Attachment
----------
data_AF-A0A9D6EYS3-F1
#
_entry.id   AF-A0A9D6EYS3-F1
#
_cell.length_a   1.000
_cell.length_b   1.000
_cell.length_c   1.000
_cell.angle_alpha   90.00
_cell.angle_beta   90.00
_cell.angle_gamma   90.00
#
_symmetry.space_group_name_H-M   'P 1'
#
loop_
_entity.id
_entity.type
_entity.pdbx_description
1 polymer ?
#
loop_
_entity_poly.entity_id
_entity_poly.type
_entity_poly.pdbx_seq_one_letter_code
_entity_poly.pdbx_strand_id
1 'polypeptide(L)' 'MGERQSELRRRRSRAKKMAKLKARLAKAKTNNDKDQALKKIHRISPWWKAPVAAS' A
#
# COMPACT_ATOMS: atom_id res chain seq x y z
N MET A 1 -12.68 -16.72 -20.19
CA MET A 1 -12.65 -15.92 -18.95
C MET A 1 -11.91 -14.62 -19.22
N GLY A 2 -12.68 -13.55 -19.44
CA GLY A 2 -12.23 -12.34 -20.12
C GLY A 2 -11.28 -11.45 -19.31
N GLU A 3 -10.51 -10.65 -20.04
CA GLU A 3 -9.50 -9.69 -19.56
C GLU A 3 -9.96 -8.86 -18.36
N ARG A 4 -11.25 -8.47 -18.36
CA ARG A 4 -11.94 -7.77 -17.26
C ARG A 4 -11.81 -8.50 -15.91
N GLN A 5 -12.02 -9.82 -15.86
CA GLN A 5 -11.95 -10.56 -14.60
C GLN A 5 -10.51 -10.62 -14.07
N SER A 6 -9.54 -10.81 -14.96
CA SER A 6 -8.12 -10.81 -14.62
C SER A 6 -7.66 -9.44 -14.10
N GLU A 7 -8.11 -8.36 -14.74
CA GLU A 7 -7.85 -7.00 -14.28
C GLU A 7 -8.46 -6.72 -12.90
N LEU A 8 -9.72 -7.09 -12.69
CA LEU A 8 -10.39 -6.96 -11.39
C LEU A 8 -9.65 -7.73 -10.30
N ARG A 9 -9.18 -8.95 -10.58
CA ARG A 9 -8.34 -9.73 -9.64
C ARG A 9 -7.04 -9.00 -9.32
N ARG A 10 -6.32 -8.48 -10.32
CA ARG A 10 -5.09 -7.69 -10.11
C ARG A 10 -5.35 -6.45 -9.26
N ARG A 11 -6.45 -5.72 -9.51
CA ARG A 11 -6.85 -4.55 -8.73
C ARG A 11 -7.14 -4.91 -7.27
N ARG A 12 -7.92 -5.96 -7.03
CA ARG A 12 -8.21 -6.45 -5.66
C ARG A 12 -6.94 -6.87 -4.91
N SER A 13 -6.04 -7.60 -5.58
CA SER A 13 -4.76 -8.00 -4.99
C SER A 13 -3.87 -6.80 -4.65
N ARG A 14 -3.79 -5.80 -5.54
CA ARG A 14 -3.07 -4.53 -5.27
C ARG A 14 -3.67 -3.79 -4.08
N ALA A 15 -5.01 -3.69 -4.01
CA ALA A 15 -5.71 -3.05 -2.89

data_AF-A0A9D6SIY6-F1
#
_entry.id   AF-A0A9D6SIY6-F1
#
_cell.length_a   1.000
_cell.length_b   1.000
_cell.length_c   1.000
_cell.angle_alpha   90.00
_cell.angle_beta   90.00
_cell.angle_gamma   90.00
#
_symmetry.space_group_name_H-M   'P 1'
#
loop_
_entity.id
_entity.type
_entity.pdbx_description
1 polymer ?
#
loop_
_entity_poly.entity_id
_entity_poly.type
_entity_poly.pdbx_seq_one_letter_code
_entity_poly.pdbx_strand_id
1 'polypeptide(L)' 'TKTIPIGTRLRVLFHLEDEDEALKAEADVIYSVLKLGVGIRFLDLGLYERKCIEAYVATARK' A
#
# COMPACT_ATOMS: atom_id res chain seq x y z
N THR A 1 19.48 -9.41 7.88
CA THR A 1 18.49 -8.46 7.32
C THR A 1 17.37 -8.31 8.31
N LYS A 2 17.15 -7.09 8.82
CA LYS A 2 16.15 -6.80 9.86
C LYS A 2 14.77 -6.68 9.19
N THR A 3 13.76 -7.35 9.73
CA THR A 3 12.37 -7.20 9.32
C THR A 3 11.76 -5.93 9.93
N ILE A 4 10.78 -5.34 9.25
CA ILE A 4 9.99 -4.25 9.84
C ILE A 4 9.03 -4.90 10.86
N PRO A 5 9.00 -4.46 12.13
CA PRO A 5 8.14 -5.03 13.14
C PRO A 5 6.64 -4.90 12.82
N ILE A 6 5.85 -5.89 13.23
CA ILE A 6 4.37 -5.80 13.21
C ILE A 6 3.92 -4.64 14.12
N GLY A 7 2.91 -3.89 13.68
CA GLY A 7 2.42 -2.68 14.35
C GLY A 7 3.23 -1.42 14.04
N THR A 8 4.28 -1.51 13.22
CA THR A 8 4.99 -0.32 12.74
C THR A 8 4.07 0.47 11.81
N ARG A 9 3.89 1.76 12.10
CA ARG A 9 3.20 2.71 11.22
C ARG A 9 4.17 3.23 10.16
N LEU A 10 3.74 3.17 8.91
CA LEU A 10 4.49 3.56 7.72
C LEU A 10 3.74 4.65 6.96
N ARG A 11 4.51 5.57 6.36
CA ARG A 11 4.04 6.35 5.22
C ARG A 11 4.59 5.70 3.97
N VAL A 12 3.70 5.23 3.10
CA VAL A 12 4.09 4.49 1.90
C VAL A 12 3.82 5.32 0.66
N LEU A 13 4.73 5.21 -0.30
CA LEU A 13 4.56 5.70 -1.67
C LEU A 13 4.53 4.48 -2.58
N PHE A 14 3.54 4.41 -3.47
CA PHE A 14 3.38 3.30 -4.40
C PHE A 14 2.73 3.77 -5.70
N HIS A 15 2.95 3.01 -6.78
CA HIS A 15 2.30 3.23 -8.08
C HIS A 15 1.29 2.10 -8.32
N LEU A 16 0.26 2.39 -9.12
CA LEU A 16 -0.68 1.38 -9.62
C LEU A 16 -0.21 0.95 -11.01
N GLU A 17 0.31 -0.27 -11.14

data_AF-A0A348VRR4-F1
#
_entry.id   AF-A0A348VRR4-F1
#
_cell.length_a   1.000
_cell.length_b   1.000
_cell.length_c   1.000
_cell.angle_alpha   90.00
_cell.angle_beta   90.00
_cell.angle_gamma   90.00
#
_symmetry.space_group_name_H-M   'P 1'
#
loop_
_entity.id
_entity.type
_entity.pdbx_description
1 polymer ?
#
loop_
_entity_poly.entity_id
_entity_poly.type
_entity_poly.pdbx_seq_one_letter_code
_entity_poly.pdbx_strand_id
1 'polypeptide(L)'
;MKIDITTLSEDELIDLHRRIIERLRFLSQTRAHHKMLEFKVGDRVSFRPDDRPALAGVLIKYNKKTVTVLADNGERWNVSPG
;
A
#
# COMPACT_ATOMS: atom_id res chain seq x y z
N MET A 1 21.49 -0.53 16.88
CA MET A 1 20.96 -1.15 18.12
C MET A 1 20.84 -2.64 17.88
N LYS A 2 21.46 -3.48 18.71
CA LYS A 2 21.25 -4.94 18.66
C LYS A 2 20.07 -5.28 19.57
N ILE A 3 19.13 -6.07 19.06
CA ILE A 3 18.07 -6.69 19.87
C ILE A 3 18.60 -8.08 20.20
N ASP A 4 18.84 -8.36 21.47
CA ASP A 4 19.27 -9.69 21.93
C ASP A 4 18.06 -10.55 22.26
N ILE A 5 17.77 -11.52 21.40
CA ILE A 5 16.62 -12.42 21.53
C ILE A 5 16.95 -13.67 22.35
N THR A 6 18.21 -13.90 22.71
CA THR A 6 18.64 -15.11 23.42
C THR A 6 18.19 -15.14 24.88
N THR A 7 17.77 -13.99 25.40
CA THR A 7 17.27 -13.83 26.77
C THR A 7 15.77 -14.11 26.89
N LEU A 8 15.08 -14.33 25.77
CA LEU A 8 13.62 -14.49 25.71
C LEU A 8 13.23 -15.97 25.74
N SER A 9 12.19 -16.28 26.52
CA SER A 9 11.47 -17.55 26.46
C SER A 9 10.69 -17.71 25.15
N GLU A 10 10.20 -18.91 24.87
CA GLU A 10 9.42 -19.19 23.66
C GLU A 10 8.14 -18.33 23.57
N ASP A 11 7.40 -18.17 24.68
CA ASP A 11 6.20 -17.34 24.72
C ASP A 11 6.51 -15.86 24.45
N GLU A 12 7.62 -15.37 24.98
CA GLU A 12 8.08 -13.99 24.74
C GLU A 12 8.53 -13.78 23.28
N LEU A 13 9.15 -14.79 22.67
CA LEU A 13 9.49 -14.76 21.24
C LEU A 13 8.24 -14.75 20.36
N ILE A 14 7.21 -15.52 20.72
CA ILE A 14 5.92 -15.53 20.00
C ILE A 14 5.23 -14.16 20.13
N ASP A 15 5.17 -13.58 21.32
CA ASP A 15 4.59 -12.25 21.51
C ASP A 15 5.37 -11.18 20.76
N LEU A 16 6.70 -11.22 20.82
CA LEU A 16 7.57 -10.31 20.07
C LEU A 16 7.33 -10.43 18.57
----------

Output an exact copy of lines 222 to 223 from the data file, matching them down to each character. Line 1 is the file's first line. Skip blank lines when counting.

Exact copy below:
C ASP A 15 5.37 -11.18 20.76
N LEU A 16 6.70 -11.22 20.82